The Corporate Transparency Act: FinCEN Clarifies the Subsidiary Rule Exemption
- In response to a frequently asked question issued on Jan. 12, 2024, the Financial Crimes Enforcement Network (FinCEN) provided a much-needed clarification of the exemption titled "Subsidiary of Certain Exempt Entities" (Subsidiary Exemption).
- Under its clarification, FinCEN provided that a subsidiary whose ownership interests are partially controlled by an exempt entity does not qualify for the Subsidiary Exemption.
- The foregoing clarification is an important development because of the potentially widespread application of the Subsidiary Exemption.
The Corporate Transparency Act (CTA) entered into force on Jan. 1, 2024. Under the beneficial ownership information reporting rule of the CTA, certain entities – such as corporations, limited liability companies and other similar entities – are required to report identifying information about themselves and their beneficial owners (i.e., the individuals who directly or indirectly own or control a company). Reporting entities formed on or after Jan. 1, 2024, must report their company applicants.
Of the 23 reporting exemptions, one of the most important is for subsidiaries of certain exempt entities (Subsidiary Exemption). This exemption applies to an entity "whose ownership interests are controlled or wholly owned, directly or indirectly, by one or more entities …" of the types that are exempt from reporting, other than a money transmitting or money services business, a pooled investment vehicle, an entity assisting a tax-exempt entity or an inactive entity (exempt entity).1 Since the promulgation of the final regulations on Beneficial Ownership Information Reporting Requirements on Sept. 30, 2022 (BOIR Final Rule), there has been ongoing uncertainty as to how the "control prong" of the Subsidiary Exemption works, particularly if an exempt entity controlled some but not all of the ownership interests of the subsidiary.
Subsidiary Exemption FAQ
On Jan. 12, 2024, the Financial Crimes Enforcement Network (FinCEN) issued a response to the frequently asked question (FAQ): Does a subsidiary whose ownership interests are partially controlled by an exempt entity qualify for the subsidiary exception?2
The response was as follows:
No. If an exempt entity controls some but not all of the ownership interests of the subsidiary, the subsidiary does not qualify. To qualify, a subsidiary's ownership interests must be fully, 100 percent owned or controlled by an exempt entity.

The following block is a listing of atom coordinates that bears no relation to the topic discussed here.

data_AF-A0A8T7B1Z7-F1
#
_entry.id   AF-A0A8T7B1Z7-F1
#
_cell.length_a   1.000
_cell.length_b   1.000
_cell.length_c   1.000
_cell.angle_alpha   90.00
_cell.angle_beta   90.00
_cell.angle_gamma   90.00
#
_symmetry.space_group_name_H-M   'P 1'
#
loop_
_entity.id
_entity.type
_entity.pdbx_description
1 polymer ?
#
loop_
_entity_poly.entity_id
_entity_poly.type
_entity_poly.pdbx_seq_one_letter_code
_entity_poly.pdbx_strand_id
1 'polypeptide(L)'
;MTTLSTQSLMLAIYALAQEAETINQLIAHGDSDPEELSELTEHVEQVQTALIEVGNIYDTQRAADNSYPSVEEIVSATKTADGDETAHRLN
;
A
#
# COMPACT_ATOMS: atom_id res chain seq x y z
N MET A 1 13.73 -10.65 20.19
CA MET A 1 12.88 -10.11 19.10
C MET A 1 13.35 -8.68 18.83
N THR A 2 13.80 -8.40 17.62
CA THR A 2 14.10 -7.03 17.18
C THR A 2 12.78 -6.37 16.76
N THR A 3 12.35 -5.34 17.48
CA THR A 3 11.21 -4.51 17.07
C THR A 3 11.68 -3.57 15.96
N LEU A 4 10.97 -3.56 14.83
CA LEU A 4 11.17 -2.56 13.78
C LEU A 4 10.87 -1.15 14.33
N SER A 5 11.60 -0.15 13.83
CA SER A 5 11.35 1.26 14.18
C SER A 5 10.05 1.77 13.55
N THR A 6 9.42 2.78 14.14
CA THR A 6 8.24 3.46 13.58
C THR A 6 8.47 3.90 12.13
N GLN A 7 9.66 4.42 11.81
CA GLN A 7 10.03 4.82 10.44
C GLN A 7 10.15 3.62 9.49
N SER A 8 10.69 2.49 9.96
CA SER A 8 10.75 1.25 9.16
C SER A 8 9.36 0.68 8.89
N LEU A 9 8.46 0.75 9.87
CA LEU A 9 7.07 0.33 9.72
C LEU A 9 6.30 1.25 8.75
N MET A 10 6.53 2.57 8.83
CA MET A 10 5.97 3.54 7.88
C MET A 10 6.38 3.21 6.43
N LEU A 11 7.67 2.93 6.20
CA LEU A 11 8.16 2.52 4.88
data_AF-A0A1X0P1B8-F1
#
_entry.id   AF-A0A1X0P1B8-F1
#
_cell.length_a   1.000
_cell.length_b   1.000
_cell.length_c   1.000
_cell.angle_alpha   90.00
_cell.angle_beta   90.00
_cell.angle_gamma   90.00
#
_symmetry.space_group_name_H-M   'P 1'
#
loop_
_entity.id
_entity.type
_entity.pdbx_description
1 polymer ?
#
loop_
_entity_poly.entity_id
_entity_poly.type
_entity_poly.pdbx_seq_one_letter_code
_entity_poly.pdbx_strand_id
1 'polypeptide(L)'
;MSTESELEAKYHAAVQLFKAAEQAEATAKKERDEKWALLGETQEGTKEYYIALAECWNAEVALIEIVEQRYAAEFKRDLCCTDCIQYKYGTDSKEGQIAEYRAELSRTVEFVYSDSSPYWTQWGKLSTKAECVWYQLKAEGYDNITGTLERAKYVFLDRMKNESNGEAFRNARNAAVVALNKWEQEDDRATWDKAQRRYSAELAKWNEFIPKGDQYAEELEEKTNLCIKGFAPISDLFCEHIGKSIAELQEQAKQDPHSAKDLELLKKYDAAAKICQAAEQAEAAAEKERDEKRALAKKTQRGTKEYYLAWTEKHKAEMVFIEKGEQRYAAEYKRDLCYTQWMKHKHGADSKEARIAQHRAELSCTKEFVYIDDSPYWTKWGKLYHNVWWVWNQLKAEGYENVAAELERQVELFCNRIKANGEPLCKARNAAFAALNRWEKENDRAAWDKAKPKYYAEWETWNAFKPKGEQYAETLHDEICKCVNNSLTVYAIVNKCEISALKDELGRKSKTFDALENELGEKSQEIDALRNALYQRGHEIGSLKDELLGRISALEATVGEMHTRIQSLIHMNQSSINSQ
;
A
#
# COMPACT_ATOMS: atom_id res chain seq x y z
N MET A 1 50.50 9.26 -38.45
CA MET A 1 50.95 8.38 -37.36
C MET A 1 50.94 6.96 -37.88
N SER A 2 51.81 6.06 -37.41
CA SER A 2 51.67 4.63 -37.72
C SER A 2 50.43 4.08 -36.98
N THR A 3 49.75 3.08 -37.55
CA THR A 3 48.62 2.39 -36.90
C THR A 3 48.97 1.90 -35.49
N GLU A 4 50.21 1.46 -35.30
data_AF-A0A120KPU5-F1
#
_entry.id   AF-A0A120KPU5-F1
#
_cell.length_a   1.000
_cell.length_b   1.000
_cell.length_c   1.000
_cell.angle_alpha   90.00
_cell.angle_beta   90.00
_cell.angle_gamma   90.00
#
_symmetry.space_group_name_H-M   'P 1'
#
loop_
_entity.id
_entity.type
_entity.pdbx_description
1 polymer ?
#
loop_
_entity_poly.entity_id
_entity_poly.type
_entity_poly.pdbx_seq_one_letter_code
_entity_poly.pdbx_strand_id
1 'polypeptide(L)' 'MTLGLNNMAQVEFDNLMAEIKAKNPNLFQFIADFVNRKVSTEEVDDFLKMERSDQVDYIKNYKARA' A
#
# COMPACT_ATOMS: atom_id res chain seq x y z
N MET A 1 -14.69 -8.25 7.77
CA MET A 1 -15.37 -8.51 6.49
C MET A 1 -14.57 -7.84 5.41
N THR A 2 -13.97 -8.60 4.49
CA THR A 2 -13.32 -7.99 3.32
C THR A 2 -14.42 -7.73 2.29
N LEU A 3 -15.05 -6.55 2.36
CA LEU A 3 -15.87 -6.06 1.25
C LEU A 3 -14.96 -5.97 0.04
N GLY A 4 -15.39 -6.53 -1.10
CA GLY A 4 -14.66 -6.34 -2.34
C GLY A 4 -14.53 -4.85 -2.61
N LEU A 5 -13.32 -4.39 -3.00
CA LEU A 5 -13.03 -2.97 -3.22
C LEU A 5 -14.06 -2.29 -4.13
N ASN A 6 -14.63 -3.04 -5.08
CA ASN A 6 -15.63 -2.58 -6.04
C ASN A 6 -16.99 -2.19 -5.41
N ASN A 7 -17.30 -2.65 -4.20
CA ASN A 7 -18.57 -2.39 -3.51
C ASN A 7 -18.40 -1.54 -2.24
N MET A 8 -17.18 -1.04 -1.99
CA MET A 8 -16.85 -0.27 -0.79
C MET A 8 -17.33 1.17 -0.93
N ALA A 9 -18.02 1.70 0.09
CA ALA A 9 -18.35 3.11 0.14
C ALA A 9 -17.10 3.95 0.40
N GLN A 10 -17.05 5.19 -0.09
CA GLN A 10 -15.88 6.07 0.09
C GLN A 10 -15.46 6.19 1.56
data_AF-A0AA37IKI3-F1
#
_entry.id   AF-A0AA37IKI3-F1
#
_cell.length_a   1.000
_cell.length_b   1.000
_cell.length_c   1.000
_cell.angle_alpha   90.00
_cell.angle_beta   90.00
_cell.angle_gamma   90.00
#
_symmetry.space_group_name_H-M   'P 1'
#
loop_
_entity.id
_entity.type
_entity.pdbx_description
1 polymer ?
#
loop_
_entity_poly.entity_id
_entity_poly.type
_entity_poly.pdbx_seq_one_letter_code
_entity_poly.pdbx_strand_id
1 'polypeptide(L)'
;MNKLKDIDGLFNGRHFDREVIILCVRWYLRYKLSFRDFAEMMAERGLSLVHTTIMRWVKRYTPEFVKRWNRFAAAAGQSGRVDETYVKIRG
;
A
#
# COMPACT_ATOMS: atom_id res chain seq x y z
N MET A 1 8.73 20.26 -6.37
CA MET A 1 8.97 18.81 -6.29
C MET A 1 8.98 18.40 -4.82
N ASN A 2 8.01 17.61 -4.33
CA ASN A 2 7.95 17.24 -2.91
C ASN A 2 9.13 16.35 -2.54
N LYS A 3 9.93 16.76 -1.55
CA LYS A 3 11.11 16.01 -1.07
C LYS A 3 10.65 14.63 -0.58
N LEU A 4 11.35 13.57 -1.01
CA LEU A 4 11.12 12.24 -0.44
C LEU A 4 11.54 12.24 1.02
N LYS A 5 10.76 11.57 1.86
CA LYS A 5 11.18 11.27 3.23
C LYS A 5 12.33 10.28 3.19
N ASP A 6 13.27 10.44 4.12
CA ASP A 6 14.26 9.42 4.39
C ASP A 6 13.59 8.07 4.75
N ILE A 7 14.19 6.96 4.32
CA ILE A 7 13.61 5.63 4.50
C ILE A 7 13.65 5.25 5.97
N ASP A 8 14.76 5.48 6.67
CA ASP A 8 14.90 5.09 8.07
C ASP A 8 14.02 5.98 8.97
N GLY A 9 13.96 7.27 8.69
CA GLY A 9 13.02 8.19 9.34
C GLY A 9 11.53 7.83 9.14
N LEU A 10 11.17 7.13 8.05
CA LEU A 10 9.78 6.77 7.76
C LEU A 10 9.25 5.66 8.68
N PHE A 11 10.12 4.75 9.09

A subsidiary whose ownership interests are controlled or wholly owned, directly or indirectly, by certain exempt entities is exempt from the BOI reporting requirements. In this context, control of ownership interests means that the exempt entity entirely controls all of the ownership interests in the reporting company, in the same way that an exempt entity must wholly own all of a subsidiary's ownership interests for the exemption to apply.
The FAQ removes the uncertainty as to the how one should interpret the "control" prong of the Subsidiary Exemption and, in passing, the ownership prong of the Subsidiary Exemption: One or more exempt entities must wholly own all of the ownership interests of a subsidiary or wholly control all of the ownership interests of a subsidiary for the Subsidiary Exemption to apply.
Background to the Subsidiary Exemption: Statute and Regulations
The Subsidiary Exemption in the statute reads in substance as follows:3
Any corporations, limited liability company or other similar entity of which the ownership interests are owned or controlled, directly or indirectly, by 1 or more [exempt entities].
The Subsidiary Exemption in the Proposed Regulations reads in substance as follows:4
Any entity of which the ownership interests of such entity are controlled or wholly owned, directly or indirectly, by one or more [exempt entities].
Importantly, in the Proposed Regulations, FinCEN interprets the definite article "the" underlined in the quoted statutory text above as requiring an entity to be owned entirely by one or more exempt entities in order to qualify for its own reporting exemption.5
The Subsidiary Exemption in the Final Rule reads in substance as follows:6
Any entity whose ownership interests are controlled or wholly owned, directly or indirectly, by one or more exempt entities.
FinCEN, in the Preamble to the Final Rule of the Subsidiary Exemption, wrote:7
Commenters expressed concern about the scope of this exemption. Many commenters urged FinCEN to clarify that the exemption would apply only to "wholly controlled or wholly owned" subsidiaries (versus the proposed rule that reads "controlled or wholly owned") in order to make the exception as narrow as possible and avoid creating a loophole to evade reporting requirements.8
FinCEN is adopting [the Subsidiary Exemption] as proposed, with a minor grammatical edit. While hewing to the statutory language, the interpretation prevents entities that are only partially owned by exempt entities from shielding all of their ultimate beneficial owners—including those that beneficially own the entity through a non-exempt parent—from disclosure. FinCEN does not need to add "wholly" before "controlled" because FinCEN assesses that the latter covers the intended concept of control set out in the CTA. FinCEN also determined that extending the exemption to majority-owned subsidiaries would include entities unintended by the language of the CTA. [footnotes omitted].
Though the operating rule of the Subsidiary Exemption FAQ is clear, practitioners seeking to apply the exemption nonetheless must carefully identify, review and analyze the structure to determine whether the Subsidiary Exemption may apply. That may not be as simple as it seems.
First, the exemption applies to the entire ownership or control of "ownership interests." The term "ownership interests" is key in determining whether an individual is a beneficial owner under the 25 percent ownership test.9 Thus, although not explicitly defined or cross-referenced in the Subsidiary Exemption, the definition of an "ownership interest" and the concept of "ownership or control of an ownership interest" are integral to determining applicability of the Subsidiary Exemption.